• Plotnikova, Elena (Helsingin yliopisto, 2020)
    In the last years those companies that pay close attention to transition of their business models to circular economy have adopted good practices to deal with waste prevention and management. High voluntary standards are set and enforced throughout the supply chain. However, good practices and high voluntary standards are taken seriously by the limited number of companies, predominantly, by those who want to be on rider’s seat and show example to peers. The recent EU Circular Economy Action Plan, released in March 2020, emphasizes that scaling up the circular economy from front-runners to the mainstream economic players will make a decisive contribution to transition to circular economy that will help to achieve climate neutrality by 2050, decoupling economic growth from resource use, keeping resource consumption within planetary boundaries. The Master Thesis departs from the assumption that there is a need for legal reform in the fields of circular economy law and company law to enhance circular economy for business. It is essential to turn modern policies that are in place into reality on the ground. The project aims to answer the question what legal reforms are necessary and should be prioritized.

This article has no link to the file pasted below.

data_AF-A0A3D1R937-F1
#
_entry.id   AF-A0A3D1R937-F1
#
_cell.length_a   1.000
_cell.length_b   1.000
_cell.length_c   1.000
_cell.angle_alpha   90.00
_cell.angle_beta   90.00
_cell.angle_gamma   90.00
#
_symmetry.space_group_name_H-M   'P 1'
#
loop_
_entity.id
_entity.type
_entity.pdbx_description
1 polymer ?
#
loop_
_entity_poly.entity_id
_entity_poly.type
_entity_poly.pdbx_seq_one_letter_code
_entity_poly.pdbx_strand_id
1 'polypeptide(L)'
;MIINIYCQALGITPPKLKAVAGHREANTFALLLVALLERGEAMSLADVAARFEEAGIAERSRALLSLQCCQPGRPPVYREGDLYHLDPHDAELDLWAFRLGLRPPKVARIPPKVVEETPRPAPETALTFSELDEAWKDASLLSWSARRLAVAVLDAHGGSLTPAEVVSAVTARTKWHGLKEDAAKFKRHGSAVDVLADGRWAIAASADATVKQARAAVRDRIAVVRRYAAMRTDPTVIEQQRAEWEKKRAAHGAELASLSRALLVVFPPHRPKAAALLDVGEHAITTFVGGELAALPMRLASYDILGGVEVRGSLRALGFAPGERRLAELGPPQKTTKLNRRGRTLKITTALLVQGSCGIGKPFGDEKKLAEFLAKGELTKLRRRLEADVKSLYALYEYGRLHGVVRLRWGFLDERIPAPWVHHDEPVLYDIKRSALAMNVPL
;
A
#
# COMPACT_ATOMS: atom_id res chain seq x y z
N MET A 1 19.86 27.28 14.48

• Klabbers, Johannes Antonius Maria (Cambridge University Press, 2018)
  • Klabbers, Johannes Antonius Maria (Oxford University Press, 2018)
    This chapter examines the role of international organizations in promoting community interests. It describes ways in which international organizations contribute to formulating, maintaining, and enhancing community interests. Organizations can contribute to the community interest by serving as a platform for its formulation; through coercion of member states or others; by developing ideas and consensus concerning the community interest; and by relying on the ideology of functionalism. The notion of community interest does not exist in isolation from particular projects, and by definition assumes someone pouring meaning into it. Although this might seem a bad thing, it is not necessarily so. The term ideology is best seen as a methodological device for exposing aspects of reality that otherwise would remain hidden. The point is to recognize international organizations for what they are: Someone’s political project, dressed up in terms of the community interest and operated by the ideology of functionalist thought.